My dad, a Boston attorney was generous to a fault. When I say that, I mean his fault was not that he was too generous, but that when he was, his taste could be, well, call it…questionable. I can’t tell you how many times he bought my mother gifts of clothing she returned, but it was such a regular occurrence I used to wish just once, she’d keep something he bought for her. His taste wasn't all bad. Nowadays, I suspect the refusal to accept anything he bought may have been some kind of power trip, but it also could have been because he did a lot of his shopping at Filene's Basement, the liquidator for the now defunct department store. If you never knew the place, it worked like this. An item arrived on the floor with the tag marked at a reduced price, as well as scheduled dates for future markdowns. So, if you were daring enough to risk someone else scooping an item you coveted, you could wait it out and potentially end up with an awesome deal. But the truth of it was, a lot of the things that hung around until the final markdown were of questionable colors or patterns, and often, my dad cut through The Basement on his way to the train station for the trip home.
Anyway, the Christmas of my senior year in college, I opened up a box holding a wool skirt, and let’s just say, I knew who bought it and where. The quality of the material was excellent, the fit, slightly irregular but passable, the color, well, blocks of grey, mustard, and rust. And back then folks, I was a blue, pink, and teal sort of girl. But I was also approaching the end of my schooling, with potential job interviews pending, and my wardrobe consisted of jeans and corduroys. So, as ugly as it appeared to me, I wore the thing. Probably the reason I remember it so vividly, was that every time I put it on I wished it looked better. But I knew who bought it and I wanted to like it. Therefore, I pretended I did.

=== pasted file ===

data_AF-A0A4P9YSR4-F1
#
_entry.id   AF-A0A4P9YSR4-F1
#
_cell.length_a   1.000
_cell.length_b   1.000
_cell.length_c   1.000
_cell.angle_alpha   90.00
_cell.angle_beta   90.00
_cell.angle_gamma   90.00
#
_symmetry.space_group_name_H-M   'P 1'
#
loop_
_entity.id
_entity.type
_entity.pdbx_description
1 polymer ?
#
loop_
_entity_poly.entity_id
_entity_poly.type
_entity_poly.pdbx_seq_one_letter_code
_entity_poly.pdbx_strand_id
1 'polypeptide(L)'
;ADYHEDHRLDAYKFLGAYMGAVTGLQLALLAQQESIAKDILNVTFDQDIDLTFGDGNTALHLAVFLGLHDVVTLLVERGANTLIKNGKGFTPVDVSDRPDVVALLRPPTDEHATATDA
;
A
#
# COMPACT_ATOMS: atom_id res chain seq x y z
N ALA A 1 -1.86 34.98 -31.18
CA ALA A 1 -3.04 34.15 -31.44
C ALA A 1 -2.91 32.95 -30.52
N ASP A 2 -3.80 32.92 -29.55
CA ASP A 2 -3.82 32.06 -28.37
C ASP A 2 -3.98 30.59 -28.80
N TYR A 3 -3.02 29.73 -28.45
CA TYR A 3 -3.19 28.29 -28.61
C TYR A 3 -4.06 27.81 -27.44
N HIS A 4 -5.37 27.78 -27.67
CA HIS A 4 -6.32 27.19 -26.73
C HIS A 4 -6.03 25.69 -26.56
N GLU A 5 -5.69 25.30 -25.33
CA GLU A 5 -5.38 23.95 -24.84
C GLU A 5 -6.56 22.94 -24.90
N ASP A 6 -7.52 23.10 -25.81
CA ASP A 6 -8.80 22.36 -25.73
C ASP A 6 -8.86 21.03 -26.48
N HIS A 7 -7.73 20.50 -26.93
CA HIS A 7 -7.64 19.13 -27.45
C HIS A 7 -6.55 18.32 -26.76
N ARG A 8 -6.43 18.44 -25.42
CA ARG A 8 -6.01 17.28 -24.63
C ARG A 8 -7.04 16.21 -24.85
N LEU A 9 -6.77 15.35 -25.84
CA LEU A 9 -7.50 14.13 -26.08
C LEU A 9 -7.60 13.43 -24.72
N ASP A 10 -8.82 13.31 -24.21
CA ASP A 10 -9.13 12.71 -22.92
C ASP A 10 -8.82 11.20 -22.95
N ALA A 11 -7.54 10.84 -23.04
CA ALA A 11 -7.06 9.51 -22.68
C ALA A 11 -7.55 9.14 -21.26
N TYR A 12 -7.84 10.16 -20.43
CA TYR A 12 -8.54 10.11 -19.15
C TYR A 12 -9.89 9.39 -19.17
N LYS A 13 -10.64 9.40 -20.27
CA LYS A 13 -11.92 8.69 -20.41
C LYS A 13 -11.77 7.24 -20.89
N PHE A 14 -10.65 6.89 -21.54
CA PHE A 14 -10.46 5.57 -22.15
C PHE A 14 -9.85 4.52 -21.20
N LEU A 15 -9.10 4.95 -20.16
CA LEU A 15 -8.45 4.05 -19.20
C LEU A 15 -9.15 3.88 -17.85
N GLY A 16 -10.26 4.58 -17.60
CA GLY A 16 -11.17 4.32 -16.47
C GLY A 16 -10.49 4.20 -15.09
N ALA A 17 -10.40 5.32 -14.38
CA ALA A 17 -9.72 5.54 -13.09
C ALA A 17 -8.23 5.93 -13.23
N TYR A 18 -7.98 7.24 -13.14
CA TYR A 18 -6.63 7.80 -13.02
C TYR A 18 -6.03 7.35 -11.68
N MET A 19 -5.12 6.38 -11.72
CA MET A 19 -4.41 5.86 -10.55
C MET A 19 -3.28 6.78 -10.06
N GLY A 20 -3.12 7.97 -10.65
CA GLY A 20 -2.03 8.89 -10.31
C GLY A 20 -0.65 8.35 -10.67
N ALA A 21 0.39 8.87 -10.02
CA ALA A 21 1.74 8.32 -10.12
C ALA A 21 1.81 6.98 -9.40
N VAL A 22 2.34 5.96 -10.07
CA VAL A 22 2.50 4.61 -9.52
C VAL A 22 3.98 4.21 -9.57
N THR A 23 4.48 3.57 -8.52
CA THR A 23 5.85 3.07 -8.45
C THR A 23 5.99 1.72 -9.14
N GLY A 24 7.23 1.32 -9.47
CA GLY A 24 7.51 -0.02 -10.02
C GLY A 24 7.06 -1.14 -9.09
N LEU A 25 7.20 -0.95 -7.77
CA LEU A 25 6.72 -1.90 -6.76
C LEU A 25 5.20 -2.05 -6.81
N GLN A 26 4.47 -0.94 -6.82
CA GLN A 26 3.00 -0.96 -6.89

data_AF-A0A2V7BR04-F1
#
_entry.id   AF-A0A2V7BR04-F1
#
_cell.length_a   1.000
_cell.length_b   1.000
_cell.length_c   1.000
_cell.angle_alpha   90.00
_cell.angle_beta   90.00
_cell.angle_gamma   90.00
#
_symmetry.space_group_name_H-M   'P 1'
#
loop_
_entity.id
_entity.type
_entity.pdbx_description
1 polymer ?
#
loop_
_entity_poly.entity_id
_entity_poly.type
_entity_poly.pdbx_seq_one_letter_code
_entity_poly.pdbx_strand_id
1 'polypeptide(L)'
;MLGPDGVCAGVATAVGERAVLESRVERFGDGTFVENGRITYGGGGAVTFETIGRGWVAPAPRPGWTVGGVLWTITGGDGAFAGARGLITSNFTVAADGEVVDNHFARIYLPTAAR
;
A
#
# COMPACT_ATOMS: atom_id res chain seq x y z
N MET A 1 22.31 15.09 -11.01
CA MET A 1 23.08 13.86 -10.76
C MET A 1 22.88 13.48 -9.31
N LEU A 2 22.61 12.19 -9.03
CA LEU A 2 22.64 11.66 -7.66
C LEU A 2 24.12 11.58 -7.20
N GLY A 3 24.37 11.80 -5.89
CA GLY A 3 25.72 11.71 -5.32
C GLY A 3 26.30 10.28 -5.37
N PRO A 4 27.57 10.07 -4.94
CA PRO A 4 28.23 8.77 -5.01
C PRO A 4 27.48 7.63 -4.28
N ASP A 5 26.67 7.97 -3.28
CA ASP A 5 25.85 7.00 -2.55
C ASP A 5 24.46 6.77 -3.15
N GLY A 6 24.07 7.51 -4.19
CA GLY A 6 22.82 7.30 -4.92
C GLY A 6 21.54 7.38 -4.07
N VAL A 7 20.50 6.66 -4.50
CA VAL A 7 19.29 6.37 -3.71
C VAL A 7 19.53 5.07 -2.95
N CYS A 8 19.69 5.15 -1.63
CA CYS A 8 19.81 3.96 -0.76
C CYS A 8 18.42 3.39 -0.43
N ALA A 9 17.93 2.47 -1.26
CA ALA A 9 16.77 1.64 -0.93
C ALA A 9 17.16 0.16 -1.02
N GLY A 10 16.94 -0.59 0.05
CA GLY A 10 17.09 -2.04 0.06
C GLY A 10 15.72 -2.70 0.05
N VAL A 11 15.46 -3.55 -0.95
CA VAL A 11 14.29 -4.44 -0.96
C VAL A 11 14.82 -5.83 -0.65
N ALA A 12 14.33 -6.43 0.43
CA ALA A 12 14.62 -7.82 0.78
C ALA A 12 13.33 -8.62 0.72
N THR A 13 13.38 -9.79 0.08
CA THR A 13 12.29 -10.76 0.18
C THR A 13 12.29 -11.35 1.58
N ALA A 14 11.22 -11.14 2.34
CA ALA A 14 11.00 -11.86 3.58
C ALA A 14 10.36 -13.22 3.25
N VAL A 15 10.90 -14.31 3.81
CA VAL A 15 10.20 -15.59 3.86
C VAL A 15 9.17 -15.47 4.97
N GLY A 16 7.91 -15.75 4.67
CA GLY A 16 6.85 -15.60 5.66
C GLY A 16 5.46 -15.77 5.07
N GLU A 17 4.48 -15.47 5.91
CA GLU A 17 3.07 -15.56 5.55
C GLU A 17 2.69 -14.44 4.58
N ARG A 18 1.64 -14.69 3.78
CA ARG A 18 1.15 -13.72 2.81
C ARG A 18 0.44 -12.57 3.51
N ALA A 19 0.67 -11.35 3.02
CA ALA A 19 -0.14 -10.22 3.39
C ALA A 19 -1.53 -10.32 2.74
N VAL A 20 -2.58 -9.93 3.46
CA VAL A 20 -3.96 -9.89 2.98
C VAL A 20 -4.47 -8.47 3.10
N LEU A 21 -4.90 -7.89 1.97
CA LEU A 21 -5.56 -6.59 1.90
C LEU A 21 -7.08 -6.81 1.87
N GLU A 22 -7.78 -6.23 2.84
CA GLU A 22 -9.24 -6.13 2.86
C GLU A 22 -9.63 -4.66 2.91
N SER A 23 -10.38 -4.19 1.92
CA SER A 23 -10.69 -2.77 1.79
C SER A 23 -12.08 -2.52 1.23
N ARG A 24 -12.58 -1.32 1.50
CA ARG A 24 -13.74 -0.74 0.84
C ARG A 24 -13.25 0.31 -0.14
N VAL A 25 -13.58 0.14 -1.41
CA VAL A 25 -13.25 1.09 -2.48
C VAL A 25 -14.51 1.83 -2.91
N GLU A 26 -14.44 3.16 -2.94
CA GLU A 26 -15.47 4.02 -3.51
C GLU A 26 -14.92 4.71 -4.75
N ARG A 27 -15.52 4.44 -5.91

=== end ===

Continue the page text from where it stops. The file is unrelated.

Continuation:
A long time later, years after I stopped forcing myself to put it on, that skirt made it to the donation pile. But this time of year, when I look out to the land around me, I always remember it. I have no doubt the designer of that piece of apparel took inspiration from rusty oak leaves skittering up the street, from the swallows lined up on the telephone wire, the yellow leaf-rags refusing to lift from the stalwart ash. I imagine it rumpled across the land when I see the colors of November, the granite walls we see again, now the leaves have dropped, in the feather-wisp of smoke-colored clouds smudging the late afternoon sky. I didn’t like that skirt, and even now, I'm guessing the inspiration didn't translate. But I remember it and wonder, if I could pull it out of my closet again, whether now, I'd recognize the subtle beauty my dad must have seen all those years ago when he bought it for a steal.